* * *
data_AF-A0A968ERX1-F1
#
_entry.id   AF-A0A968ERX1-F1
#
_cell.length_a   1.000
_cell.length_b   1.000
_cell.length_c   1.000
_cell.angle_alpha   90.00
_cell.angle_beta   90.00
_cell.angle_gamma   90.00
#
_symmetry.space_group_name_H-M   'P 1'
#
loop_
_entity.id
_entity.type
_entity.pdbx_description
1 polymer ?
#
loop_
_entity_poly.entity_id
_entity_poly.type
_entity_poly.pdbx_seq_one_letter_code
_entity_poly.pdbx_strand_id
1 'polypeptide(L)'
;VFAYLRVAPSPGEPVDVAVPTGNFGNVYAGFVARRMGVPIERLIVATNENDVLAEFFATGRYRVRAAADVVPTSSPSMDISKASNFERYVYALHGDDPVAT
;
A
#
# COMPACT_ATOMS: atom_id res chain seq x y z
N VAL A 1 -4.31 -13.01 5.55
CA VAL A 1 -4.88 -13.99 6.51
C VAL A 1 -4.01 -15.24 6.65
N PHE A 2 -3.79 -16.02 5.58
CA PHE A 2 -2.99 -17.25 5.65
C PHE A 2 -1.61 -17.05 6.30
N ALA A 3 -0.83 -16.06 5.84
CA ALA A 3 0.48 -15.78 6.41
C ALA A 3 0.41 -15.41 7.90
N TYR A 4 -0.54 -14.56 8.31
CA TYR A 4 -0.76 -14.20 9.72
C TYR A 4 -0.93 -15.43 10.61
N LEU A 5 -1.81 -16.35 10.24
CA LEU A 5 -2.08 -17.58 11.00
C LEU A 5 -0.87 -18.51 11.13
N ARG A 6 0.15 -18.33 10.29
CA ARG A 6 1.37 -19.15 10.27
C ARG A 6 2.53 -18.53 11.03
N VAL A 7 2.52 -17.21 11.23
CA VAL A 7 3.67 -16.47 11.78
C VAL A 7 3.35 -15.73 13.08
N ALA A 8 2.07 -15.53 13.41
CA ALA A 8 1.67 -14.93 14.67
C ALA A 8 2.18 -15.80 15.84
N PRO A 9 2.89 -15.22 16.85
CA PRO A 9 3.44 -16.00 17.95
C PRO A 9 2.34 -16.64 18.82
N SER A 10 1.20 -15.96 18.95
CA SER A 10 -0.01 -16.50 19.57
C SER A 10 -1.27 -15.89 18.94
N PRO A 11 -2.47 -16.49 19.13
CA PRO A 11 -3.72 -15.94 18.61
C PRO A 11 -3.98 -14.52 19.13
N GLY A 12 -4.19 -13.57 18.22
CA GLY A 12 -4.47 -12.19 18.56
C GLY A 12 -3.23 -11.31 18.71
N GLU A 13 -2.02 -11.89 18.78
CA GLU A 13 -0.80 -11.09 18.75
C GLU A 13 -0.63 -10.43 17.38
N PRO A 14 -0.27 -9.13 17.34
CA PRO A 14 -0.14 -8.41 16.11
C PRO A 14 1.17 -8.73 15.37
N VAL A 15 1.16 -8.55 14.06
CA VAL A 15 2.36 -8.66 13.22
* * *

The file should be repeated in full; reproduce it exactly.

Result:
data_AF-A0A968ERX1-F1
#
_entry.id   AF-A0A968ERX1-F1
#
_cell.length_a   1.000
_cell.length_b   1.000
_cell.length_c   1.000
_cell.angle_alpha   90.00
_cell.angle_beta   90.00
_cell.angle_gamma   90.00
#
_symmetry.space_group_name_H-M   'P 1'
#
loop_
_entity.id
_entity.type
_entity.pdbx_description
1 polymer ?
#
loop_
_entity_poly.entity_id
_entity_poly.type
_entity_poly.pdbx_seq_one_letter_code
_entity_poly.pdbx_strand_id
1 'polypeptide(L)'
;VFAYLRVAPSPGEPVDVAVPTGNFGNVYAGFVARRMGVPIERLIVATNENDVLAEFFATGRYRVRAAADVVPTSSPSMDISKASNFERYVYALHGDDPVAT
;
A
#
# COMPACT_ATOMS: atom_id res chain seq x y z
N VAL A 1 -4.31 -13.01 5.55
CA VAL A 1 -4.88 -13.99 6.51
C VAL A 1 -4.01 -15.24 6.65
N PHE A 2 -3.79 -16.02 5.58
CA PHE A 2 -2.99 -17.25 5.65
C PHE A 2 -1.61 -17.05 6.30
N ALA A 3 -0.83 -16.06 5.84
CA ALA A 3 0.48 -15.78 6.41
C ALA A 3 0.41 -15.41 7.90
N TYR A 4 -0.54 -14.56 8.31
CA TYR A 4 -0.76 -14.20 9.72
C TYR A 4 -0.93 -15.43 10.61
N LEU A 5 -1.81 -16.35 10.24
CA LEU A 5 -2.08 -17.58 11.00
C LEU A 5 -0.87 -18.51 11.13
N ARG A 6 0.15 -18.33 10.29
CA ARG A 6 1.37 -19.15 10.27
C ARG A 6 2.53 -18.53 11.03
N VAL A 7 2.52 -17.21 11.23
CA VAL A 7 3.67 -16.47 11.78
C VAL A 7 3.35 -15.73 13.08
N ALA A 8 2.07 -15.53 13.41
CA ALA A 8 1.67 -14.93 14.67
C ALA A 8 2.18 -15.80 15.84
N PRO A 9 2.89 -15.22 16.85
CA PRO A 9 3.44 -16.00 17.95
C PRO A 9 2.34 -16.64 18.82
N SER A 10 1.20 -15.96 18.95
CA SER A 10 -0.01 -16.50 19.57
C SER A 10 -1.27 -15.89 18.94
N PRO A 11 -2.47 -16.49 19.13
CA PRO A 11 -3.72 -15.94 18.61
C PRO A 11 -3.98 -14.52 19.13
N GLY A 12 -4.19 -13.57 18.22
CA GLY A 12 -4.47 -12.19 18.56
C GLY A 12 -3.23 -11.31 18.71
N GLU A 13 -2.02 -11.89 18.78
CA GLU A 13 -0.80 -11.09 18.75
C GLU A 13 -0.63 -10.43 17.38
N PRO A 14 -0.27 -9.13 17.34
CA PRO A 14 -0.14 -8.41 16.11
C PRO A 14 1.17 -8.73 15.37
N VAL A 15 1.16 -8.55 14.06
CA VAL A 15 2.36 -8.66 13.22